The sternocostal head of the pectoralis major muscle attaches on the lateral sides of its anterior surface. On the other hand, the transversus thoracis muscle originates from the posterior surface of the body.
It is the most inferior and smallest part of the sternum. It is usually pointed and largely cartilaginous in structure.
Structure and Bony Landmarks
It possesses demifacets at its superolateral angle, where a part of the 7th costal cartilage attaches.
The internal and external oblique muscles and fibers of the rectus abdominis get attached to its anterior surface. However, the inferior sternopericardial ligament originates from its posterior surface.
1. Sternoclavicular Joint: A synovial joint formed between the sternum and the clavicle.
2. Sternocostal Joints: These joints are formed between the sternum and the medial ends of the costal cartilages of the 1st – 7th ribs. The joint between the 1st rib and the sternum is cartilaginous, but the remaining ones are synovial.
The sternum develops from a pair of sternal bands, called sternal bars, during the sixth developmental week of fetal life. These bars are concentrated mesenchymal cells found on either side of the midline. They arise from the parietal layer of the lateral plate mesoderm. Afterward, they convert into pre-cartilaginous structures that migrate and fuse in a craniocaudal direction, forming the sternal plate.
In the seventh week of the gestational period, the mesenchyme condenses, resulting in the formation of the primary cartilaginous model of the three sternal segments, manubrium, body, and xiphoid process. The cartilaginous sternal model consists of six horizontal divisions known as sternebrae.
The superior-most sternebra and the inferior-most sternebra give rise to the manubrium and xiphoid process, respectively. The remaining four sternebrae that lie in between form the body of the sternum. Thus, the sternum is ossified from six centers: one for the manubrium, one for the xiphoid process, and four for the body.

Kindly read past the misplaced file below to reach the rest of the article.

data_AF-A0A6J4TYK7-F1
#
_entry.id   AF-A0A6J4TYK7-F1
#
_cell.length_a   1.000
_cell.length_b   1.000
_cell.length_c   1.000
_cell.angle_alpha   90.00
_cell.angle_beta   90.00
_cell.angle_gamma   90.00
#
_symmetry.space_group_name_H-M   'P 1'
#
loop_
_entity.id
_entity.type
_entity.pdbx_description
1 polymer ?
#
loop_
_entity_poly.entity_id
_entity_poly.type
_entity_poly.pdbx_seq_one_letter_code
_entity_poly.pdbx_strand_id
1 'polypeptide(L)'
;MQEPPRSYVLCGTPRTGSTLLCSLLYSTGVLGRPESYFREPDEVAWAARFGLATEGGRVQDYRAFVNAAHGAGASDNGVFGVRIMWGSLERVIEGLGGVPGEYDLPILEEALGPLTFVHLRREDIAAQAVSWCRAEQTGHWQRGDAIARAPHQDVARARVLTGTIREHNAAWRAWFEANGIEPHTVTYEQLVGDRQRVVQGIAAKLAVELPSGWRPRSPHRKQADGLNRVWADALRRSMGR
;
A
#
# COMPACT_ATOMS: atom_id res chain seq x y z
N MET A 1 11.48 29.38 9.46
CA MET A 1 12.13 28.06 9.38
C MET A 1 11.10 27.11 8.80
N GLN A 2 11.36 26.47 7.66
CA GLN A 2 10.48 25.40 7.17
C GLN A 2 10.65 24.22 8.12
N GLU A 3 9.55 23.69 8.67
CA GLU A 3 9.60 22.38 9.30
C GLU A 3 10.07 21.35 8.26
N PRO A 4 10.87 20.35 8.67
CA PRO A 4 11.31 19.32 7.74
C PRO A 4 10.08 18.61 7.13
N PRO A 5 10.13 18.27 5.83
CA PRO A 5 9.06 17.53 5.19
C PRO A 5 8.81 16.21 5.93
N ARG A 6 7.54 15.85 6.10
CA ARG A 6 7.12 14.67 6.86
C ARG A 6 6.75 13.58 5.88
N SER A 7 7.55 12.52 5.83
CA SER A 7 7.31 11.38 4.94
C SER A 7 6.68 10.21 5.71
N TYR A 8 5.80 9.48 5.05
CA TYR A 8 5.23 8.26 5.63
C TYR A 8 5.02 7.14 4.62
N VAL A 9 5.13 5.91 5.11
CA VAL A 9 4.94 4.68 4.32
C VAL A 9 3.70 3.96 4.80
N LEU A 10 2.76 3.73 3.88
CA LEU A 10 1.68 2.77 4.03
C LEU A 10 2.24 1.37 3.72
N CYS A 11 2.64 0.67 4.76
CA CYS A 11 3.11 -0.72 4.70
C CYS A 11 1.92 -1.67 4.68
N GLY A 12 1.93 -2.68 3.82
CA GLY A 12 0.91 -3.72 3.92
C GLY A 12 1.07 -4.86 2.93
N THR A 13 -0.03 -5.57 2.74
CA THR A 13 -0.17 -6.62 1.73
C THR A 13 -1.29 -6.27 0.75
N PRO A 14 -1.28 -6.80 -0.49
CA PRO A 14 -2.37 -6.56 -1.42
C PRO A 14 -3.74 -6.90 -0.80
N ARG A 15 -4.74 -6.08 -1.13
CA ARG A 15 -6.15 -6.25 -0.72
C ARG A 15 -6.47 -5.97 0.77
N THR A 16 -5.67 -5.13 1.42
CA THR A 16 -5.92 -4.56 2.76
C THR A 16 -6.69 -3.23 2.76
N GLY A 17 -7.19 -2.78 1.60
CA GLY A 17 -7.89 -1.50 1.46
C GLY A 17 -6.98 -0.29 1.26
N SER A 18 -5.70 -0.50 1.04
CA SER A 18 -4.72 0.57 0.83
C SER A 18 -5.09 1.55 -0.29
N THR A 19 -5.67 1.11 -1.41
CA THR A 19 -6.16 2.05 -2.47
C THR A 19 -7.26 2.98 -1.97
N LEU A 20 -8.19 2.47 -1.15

The ossification centers appear in the region between the articular depressions for the costal cartilages, in the following order:
- During the sixth month of fetal life – In the manubrium and first piece of the body.
- During the seventh month of fetal life- In the second and third pieces of the body.
- During the first year after birth- In the fourth piece of the body.
- Between the fifth and eighteenth years – In the xiphoid process. The xiphoid process completely ossifies late in life, around 40.
Differences between Male and Female Sternum
Based on several studies, it can be said that the body of the male sternum is relatively longer and narrower than that of the female. In males, it is more than twice the length of the manubrium, whereas, in females, it is usually much shorter.
Ans. The sternum is a part of the axial skeleton.
Ans. The thymus, a small lymphoid organ, is located right below the sternum.